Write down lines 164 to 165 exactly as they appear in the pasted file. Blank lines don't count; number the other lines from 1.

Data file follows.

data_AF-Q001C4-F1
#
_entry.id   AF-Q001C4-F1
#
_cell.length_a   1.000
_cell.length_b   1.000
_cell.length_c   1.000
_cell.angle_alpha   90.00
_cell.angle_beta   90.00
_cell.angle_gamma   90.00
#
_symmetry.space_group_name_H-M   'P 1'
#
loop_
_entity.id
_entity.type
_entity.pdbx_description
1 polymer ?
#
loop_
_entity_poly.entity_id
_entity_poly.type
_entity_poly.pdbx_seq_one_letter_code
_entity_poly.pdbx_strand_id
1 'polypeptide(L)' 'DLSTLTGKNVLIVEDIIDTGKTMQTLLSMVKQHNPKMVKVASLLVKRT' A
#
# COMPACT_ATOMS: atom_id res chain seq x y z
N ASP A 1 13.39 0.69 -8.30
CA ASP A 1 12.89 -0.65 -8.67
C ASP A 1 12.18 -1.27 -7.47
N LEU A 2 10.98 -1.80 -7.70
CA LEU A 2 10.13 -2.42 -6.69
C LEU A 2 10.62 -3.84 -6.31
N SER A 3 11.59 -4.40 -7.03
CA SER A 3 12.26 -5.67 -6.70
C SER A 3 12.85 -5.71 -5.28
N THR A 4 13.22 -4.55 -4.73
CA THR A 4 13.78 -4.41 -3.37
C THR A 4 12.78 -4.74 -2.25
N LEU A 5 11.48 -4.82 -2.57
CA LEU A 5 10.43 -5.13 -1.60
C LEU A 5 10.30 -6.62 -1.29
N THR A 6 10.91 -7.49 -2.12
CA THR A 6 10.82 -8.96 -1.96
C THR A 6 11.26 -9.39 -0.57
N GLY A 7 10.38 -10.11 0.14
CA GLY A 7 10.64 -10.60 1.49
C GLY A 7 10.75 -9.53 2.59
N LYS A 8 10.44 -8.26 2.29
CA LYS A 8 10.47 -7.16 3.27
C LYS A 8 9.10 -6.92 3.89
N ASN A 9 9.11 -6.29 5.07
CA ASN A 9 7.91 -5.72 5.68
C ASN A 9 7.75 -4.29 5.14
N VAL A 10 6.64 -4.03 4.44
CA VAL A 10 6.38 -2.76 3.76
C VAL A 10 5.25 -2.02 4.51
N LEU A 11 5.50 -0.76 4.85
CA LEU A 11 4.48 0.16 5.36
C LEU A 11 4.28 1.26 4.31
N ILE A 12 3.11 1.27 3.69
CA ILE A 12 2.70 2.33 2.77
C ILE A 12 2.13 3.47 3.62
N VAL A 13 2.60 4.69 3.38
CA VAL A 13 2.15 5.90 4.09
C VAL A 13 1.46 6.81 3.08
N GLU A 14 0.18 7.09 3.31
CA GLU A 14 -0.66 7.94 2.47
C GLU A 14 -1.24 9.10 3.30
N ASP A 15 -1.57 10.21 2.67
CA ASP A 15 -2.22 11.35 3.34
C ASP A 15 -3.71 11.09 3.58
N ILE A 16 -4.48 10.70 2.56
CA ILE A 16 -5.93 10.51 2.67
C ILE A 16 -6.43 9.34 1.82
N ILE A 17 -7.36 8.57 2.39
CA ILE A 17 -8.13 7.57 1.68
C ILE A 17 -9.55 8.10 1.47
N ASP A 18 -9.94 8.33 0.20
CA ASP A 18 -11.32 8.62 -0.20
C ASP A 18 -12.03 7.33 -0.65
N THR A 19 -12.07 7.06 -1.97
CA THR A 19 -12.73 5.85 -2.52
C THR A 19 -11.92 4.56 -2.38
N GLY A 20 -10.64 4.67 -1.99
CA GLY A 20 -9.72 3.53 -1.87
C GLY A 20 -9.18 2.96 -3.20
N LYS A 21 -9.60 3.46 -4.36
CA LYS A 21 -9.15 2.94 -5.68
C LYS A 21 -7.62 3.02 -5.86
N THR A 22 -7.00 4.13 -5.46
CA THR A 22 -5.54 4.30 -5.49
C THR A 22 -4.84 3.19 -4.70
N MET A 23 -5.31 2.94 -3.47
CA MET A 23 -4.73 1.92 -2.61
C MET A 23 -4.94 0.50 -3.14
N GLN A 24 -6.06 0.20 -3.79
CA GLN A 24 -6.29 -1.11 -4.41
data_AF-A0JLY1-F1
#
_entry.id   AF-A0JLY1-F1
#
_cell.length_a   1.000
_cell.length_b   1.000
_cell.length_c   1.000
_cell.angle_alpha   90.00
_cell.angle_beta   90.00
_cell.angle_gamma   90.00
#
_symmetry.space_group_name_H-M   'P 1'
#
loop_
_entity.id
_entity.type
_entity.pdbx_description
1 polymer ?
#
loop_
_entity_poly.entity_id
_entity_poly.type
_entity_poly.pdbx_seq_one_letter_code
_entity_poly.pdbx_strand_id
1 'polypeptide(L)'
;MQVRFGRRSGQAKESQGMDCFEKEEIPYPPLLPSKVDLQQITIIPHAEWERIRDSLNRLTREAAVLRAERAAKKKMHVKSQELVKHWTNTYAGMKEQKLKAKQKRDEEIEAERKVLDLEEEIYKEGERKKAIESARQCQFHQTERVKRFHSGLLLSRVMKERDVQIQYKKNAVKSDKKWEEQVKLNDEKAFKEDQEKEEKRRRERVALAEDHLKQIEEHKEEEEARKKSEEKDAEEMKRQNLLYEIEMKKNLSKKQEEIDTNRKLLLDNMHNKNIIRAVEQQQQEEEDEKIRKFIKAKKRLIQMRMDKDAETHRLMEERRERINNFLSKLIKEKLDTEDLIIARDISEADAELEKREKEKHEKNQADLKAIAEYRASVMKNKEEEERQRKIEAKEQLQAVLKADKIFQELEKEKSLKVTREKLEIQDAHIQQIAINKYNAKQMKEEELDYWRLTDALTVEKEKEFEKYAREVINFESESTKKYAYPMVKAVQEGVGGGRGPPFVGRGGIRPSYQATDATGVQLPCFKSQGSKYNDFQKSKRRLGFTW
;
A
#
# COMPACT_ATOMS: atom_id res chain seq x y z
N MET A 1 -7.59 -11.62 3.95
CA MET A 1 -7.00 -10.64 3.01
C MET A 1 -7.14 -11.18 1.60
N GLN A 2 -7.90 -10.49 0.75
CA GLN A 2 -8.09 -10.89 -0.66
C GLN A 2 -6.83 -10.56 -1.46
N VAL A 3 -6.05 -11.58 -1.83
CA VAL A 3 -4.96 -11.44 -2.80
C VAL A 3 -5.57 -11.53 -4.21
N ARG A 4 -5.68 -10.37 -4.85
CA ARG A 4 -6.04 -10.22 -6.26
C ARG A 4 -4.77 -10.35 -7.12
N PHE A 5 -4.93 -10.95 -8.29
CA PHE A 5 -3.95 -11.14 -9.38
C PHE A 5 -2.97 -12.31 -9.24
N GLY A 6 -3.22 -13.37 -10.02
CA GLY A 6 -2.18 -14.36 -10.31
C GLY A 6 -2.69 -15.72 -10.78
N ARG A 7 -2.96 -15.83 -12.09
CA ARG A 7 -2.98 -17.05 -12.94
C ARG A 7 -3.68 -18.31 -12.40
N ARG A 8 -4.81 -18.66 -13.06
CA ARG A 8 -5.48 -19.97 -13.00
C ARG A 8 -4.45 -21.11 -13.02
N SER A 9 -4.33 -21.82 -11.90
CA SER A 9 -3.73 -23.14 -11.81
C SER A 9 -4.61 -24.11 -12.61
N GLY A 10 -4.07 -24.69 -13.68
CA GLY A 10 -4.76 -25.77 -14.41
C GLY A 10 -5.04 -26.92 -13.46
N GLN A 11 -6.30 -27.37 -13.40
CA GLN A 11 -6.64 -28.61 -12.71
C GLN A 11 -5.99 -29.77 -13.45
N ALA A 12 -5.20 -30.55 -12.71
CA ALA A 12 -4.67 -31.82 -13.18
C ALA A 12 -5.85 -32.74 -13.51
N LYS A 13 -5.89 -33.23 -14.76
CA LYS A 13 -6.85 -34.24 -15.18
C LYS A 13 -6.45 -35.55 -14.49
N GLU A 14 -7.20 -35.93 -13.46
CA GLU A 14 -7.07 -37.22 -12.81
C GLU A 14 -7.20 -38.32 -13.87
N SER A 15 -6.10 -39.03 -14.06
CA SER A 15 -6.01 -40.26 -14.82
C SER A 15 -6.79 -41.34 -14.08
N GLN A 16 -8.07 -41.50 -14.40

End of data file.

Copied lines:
C ALA A 12 -5.85 -32.74 -13.51
N LYS A 13 -5.89 -33.23 -14.76